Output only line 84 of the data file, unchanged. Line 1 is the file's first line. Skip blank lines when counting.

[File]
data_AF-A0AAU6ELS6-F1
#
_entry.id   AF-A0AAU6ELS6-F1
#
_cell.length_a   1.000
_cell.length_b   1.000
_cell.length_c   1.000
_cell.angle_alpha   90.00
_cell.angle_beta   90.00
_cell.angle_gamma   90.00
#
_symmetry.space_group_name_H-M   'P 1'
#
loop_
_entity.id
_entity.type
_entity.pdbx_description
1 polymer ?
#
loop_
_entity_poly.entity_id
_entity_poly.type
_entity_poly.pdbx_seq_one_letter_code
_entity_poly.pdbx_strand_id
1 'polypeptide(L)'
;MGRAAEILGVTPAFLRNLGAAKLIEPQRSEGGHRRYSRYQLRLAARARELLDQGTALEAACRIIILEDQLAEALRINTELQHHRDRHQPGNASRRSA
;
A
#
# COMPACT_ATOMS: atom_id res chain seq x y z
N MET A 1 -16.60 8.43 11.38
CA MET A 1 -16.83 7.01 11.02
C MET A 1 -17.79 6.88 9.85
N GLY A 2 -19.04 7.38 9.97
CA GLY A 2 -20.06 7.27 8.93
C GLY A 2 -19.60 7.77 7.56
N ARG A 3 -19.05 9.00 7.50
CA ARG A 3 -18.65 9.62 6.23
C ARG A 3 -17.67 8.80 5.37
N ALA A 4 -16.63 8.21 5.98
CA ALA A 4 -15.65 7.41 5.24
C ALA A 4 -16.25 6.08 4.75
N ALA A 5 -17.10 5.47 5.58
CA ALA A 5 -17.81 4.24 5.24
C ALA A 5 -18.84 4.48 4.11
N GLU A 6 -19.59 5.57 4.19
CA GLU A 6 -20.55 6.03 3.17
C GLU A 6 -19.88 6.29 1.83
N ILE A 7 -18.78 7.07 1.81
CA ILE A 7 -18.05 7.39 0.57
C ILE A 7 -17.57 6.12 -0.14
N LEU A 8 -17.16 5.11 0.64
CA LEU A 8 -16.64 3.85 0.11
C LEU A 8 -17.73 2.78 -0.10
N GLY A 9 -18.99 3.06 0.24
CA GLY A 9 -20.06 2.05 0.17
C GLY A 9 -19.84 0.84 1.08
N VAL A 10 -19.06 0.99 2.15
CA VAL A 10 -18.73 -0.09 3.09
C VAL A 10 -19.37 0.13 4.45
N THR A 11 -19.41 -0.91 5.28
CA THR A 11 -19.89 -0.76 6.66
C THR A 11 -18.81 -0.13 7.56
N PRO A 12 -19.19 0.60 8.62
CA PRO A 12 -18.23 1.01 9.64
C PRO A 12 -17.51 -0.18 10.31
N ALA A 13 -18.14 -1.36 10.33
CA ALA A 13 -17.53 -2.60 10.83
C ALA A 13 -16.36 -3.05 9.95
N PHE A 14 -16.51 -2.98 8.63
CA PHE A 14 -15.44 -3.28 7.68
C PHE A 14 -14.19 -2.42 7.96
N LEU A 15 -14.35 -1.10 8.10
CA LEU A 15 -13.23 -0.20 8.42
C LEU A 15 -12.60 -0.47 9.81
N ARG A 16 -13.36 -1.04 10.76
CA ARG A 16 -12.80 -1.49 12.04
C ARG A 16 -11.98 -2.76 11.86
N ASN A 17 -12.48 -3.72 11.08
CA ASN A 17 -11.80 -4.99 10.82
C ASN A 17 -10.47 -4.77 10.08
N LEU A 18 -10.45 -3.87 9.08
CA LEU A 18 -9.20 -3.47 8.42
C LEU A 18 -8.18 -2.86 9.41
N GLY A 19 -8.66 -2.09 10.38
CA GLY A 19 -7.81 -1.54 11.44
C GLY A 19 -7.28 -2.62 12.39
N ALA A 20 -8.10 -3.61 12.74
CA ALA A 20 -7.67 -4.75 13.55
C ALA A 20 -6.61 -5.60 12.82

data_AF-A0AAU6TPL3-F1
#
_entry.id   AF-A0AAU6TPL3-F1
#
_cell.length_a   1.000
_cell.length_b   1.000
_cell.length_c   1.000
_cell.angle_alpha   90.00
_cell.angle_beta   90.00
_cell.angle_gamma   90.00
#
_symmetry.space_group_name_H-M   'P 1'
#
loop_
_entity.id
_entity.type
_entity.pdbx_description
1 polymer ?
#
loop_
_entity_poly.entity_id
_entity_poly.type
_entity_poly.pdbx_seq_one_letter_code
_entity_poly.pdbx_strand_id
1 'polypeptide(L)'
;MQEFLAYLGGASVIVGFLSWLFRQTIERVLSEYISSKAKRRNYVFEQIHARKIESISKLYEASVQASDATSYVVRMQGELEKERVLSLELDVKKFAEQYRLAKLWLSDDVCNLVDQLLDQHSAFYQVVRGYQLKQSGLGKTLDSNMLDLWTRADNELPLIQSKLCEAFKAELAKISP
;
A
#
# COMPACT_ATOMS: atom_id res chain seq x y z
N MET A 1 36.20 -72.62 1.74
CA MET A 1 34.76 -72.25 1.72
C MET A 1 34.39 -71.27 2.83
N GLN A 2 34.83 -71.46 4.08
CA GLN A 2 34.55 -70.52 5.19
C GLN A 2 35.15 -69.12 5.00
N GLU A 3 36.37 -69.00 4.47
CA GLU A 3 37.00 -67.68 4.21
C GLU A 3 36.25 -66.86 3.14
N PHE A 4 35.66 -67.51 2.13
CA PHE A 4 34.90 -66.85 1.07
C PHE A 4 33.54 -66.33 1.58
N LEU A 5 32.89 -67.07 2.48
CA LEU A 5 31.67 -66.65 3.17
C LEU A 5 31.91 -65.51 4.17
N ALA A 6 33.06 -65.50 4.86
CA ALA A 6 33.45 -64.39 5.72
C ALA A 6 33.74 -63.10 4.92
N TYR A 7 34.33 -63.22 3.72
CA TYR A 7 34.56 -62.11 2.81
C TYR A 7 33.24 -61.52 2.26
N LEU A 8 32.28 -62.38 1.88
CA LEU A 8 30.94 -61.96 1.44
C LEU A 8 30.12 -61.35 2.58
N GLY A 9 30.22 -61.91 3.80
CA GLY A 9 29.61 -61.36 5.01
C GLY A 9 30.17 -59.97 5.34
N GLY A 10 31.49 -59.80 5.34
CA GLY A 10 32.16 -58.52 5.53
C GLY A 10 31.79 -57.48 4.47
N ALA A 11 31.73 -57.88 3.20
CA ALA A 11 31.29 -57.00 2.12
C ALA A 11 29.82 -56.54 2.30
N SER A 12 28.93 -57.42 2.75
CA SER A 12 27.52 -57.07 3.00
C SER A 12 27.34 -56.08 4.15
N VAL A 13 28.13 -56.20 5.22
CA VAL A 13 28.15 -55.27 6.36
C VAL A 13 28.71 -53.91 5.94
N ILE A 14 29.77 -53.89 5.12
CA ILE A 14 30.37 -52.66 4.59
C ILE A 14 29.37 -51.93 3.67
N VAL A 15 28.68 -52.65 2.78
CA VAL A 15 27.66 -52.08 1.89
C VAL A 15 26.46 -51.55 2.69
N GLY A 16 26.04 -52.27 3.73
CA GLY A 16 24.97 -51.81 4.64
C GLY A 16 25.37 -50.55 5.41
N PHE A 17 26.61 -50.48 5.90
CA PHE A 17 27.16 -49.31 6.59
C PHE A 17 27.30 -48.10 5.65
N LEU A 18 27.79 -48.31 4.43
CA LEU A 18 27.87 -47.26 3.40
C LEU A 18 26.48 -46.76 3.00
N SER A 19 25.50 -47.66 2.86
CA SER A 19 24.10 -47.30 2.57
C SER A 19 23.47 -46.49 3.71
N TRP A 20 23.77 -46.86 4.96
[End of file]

C LEU A 18 -8.18 -2.86 9.41